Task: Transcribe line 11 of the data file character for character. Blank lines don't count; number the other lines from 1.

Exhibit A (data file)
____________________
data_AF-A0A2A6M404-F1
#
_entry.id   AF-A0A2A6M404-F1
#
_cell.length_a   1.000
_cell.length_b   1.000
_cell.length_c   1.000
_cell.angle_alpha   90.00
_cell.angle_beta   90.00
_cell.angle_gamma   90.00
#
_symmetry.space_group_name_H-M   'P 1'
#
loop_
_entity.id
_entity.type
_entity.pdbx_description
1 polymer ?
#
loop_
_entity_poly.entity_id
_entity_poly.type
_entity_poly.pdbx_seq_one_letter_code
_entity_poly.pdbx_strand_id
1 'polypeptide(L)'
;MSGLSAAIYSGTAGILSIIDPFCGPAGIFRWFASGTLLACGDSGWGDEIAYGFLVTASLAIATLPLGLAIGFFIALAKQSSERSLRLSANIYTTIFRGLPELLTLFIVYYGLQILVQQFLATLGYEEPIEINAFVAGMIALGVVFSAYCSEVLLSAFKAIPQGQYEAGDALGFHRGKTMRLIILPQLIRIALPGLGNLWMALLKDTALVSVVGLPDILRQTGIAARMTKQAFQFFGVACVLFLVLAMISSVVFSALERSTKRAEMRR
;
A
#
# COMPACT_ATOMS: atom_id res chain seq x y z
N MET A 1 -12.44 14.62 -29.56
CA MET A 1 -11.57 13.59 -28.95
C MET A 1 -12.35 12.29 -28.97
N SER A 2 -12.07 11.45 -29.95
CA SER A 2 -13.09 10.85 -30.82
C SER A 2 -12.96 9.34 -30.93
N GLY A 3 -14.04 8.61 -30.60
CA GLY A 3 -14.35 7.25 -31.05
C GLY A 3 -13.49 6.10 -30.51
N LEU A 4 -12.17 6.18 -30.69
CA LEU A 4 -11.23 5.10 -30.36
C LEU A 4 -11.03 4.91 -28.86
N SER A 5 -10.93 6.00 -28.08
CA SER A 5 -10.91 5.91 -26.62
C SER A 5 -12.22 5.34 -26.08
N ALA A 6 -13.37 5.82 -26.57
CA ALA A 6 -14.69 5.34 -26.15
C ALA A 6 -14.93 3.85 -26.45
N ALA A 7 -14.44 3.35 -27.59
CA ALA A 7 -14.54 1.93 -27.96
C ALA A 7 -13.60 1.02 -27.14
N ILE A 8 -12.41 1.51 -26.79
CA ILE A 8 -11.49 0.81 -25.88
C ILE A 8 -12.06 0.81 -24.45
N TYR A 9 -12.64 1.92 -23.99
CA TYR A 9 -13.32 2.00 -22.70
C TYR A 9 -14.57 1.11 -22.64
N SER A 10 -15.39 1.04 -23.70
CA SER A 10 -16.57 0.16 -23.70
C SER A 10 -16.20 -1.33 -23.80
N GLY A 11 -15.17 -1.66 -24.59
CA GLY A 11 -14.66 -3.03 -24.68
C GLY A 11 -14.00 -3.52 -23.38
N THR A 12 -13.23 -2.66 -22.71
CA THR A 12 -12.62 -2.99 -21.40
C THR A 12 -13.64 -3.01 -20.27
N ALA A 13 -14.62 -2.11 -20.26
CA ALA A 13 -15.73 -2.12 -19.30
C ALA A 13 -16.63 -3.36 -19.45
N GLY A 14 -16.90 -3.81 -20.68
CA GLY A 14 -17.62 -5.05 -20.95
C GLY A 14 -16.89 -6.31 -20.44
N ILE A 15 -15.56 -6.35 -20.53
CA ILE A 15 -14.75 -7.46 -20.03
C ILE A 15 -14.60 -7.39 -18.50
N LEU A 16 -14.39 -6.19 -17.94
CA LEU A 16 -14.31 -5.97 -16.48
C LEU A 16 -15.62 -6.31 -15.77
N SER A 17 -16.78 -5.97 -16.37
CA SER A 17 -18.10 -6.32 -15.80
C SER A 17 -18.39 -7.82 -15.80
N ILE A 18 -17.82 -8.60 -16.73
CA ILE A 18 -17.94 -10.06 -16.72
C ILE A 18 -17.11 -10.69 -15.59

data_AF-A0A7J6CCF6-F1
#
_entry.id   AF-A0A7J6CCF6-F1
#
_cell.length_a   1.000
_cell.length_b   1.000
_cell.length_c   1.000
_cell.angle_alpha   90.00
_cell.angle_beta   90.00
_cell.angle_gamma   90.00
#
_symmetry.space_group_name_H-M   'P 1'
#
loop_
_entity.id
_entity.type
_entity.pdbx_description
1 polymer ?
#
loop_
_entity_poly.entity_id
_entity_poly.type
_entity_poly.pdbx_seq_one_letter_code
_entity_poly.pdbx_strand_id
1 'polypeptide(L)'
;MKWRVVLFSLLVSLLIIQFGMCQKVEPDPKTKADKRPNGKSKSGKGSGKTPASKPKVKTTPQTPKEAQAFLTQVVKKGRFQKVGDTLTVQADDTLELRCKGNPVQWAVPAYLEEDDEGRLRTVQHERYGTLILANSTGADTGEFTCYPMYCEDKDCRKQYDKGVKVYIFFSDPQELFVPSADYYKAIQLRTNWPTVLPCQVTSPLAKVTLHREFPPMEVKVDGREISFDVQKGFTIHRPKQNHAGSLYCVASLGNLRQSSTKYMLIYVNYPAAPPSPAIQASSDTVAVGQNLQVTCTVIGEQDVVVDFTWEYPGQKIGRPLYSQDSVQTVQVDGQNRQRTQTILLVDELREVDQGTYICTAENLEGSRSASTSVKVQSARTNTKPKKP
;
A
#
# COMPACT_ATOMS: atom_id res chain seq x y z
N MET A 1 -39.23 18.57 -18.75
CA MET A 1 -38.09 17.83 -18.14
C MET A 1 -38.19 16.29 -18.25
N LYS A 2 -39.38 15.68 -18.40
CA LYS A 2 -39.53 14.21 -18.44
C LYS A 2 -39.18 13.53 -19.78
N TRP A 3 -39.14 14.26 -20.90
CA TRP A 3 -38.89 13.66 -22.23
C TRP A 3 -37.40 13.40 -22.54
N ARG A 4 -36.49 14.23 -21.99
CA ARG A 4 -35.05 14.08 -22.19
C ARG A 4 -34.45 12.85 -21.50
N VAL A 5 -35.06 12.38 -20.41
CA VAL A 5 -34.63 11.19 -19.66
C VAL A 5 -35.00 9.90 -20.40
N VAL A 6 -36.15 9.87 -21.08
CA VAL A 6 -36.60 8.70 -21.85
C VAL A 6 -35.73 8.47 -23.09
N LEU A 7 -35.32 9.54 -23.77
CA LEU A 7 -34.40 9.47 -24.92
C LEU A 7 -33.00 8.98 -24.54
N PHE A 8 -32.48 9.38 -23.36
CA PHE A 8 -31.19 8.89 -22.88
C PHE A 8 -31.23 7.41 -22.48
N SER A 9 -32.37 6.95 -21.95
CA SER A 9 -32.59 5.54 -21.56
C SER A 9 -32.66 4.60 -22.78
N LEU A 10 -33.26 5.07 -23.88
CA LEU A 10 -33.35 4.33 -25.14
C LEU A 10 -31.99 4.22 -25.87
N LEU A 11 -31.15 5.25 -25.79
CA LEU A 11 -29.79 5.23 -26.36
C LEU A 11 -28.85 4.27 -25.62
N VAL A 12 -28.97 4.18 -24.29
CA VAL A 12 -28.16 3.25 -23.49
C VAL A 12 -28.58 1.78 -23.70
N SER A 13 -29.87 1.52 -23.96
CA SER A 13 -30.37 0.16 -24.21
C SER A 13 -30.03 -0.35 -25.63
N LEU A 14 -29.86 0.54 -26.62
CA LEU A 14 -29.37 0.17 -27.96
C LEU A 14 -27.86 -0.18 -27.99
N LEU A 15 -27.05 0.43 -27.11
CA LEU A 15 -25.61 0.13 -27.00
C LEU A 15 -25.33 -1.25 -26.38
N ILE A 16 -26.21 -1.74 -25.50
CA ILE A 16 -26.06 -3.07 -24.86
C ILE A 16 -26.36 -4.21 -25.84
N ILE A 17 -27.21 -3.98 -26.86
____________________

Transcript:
#